Non-Persistent and Persistent Connections
In many internet applications, the client and server communicate for an extended period of time, with the client making a series of requests and the server responding to each of the requests. Depending on the application and on how the application is being used, the series of requests may be made back-to-back, periodically at regular intervals, or intermittently. When this client-server interaction is taking place over TCP, the application developer needs to make an important decision – should each request/response pair be sent over a separate TCP connection, or should all of the requests and their corresponding responses be sent over the same TCP connection? In the former approach, the application is said to use non-persistent connections ; and in the latter approach, persistent connections . To gain a deep understanding of this design issue, let’s examine the advantages and disadvantages of persistent connections in the context of a specific application, namely, HTTP, which can use both non-persistent connections and persistent connections . Although HTTP uses persistent connections in its default mode, HTTP clients and servers can be configures to use non-persistent connections instead.
HTTP with Non-Persistent Connections
Let’s walk through the steps of transferring a web page from server to client for the case of non-persistent connections. Let’s suppose the page consists of a base HTML file and 10 JPEG images, and that all 11 of these objects reside on the same server. Further suppose the URL for the HTML file is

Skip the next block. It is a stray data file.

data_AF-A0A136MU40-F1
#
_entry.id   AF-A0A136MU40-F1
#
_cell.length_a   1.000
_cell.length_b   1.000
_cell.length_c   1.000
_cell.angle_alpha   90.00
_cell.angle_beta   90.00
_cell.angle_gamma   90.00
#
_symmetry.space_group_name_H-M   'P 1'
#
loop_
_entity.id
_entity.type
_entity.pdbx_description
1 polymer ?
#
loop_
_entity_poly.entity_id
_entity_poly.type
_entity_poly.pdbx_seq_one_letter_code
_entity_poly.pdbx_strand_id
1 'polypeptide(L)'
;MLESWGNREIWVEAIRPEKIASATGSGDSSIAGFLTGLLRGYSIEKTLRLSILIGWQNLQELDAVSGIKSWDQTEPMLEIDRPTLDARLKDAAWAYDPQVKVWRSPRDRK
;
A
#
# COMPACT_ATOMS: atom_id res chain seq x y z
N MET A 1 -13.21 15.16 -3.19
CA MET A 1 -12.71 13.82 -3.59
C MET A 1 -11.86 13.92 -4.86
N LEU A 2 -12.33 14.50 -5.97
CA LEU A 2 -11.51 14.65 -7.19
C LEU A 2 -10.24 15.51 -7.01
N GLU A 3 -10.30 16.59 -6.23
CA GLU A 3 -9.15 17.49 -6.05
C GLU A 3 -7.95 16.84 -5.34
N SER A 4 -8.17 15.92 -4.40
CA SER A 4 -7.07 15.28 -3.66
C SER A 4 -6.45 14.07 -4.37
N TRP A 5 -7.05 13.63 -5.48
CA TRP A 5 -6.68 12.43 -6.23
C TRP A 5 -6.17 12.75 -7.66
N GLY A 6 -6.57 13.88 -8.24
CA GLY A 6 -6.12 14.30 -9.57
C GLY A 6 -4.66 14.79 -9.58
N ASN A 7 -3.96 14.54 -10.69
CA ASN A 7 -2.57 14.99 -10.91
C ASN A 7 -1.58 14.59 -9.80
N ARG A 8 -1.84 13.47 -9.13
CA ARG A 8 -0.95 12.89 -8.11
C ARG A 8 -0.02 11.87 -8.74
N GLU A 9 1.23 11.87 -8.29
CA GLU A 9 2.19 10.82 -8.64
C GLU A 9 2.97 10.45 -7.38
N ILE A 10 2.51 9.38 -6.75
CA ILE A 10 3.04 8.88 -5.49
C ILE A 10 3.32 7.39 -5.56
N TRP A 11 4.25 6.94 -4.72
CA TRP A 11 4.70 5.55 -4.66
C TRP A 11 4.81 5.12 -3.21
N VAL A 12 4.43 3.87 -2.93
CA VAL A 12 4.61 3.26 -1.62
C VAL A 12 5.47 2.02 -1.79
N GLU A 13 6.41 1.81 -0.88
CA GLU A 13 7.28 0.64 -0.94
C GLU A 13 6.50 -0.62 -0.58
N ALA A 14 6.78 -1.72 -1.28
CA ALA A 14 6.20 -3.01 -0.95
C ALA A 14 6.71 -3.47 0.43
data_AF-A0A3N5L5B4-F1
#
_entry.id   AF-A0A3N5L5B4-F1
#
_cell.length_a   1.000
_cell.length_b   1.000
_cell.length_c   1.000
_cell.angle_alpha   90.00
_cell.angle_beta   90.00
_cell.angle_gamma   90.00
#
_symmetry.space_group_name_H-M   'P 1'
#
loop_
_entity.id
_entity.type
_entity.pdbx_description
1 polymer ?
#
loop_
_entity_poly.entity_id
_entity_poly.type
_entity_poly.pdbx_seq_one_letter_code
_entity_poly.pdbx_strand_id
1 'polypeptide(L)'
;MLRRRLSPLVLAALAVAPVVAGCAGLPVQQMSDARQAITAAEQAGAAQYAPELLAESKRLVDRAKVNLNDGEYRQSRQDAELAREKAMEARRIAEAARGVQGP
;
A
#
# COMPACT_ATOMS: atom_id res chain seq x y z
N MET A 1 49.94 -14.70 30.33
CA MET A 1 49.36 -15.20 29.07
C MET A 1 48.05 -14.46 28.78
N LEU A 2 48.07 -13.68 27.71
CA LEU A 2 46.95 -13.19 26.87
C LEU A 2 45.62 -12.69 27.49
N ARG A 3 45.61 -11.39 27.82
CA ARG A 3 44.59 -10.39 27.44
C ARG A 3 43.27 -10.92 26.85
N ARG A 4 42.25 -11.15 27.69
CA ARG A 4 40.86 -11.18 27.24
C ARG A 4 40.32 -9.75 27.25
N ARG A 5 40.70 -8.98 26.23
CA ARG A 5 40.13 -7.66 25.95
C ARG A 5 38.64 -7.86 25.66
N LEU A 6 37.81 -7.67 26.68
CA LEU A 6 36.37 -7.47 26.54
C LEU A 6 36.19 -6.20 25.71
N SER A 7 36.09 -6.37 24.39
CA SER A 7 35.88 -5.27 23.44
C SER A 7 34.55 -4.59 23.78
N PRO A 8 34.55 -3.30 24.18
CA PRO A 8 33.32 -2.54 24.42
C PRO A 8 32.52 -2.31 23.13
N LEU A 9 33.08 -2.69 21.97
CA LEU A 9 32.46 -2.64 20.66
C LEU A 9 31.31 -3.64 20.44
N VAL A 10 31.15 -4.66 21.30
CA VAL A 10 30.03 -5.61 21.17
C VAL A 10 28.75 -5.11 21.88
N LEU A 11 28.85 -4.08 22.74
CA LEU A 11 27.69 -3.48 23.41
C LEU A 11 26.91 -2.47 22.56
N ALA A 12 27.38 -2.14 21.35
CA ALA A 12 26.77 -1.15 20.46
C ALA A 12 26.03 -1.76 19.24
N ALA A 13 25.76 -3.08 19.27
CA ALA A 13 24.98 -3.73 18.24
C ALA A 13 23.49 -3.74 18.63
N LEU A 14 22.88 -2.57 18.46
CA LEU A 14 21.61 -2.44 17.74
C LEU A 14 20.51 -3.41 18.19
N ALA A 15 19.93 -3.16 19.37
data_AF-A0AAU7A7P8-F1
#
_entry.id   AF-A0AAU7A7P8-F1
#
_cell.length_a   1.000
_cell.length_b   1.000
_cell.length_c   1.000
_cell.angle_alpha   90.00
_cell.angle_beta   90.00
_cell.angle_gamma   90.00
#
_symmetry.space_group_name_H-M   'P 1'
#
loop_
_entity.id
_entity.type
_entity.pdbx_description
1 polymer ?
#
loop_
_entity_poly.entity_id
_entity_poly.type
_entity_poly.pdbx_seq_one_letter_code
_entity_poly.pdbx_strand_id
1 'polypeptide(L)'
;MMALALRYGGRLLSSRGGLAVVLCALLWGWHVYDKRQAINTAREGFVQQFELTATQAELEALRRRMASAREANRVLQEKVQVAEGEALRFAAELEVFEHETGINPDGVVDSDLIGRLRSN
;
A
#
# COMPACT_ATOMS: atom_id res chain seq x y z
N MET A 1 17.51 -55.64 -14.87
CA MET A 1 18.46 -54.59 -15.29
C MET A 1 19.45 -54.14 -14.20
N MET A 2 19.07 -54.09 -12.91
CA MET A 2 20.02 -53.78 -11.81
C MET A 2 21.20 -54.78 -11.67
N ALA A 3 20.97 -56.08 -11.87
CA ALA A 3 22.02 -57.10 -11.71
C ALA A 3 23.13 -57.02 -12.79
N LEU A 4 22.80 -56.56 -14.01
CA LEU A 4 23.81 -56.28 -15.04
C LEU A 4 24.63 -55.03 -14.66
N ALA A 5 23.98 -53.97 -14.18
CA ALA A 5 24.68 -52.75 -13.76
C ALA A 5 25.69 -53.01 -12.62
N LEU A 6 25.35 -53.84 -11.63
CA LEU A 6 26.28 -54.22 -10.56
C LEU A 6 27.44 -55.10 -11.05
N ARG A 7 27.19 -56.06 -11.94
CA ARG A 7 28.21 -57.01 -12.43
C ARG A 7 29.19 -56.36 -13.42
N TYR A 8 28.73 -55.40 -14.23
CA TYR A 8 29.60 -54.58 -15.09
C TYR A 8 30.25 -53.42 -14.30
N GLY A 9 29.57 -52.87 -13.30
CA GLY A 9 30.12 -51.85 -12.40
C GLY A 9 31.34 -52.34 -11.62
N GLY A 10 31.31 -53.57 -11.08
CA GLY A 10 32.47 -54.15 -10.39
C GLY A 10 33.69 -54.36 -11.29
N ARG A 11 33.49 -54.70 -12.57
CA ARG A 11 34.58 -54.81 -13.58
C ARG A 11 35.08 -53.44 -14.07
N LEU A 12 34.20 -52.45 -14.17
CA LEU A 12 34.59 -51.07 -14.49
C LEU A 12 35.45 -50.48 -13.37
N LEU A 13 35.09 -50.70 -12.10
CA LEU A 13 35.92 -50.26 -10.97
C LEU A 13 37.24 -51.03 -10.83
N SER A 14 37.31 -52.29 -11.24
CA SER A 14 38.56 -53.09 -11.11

Here is what happens:
- The HTTP client process initiates a TCP connection to the server www.someSchool.edu on port number 80, which is the default port number for HTTP. Associated with the TCP connection, there will be a socket at the client and a socket at the server.
- The HTTP client sends an HTTP request message to the server via its socket. The request message includes the path name /someDepartment/home.index
- The HTTP server process receives the request message via its socket, retrieves the object /someDepartment/home.index from its storage (RAM or disk), encapsulates the object in an HTTP response message, and send the response message to the client via its socket.
- The HTTP server process tells TCP to close the TCP connection. (But TCP doesn’t actually terminate the connection until it knows for sure that the client has received the response message intact.)
- The HTTP client receives the response message. The TCP connection terminates. The message indicates that the encapsulated object is an HTML file. The client extracts the file from the response image, examines the HTML file, and finds references to the 10 JPEG objects.
- The first four steps are then repeated for each of the referenced JPEG objects.
As the browser receives the web page, it displays the page to the user. Two different browsers interpret (that is, display to the user) a web page in somewhat different ways. HTTP has nothing to do with how a Web page is interpreted by a client. The HTTP specifications ([RFC 1945] and [RFC 2616]) define only the communication protocol between the client HTTP program and the server HTTP program.
The steps above illustrate the use of non-persistent connections, where each TCP connection is closed after the server send the object – the connection does not persists for other objects. Note that each TCP connection transports exactly one request message and one response message. Thus, in this example, when a user requests the web page, 11 TCP connections are generated.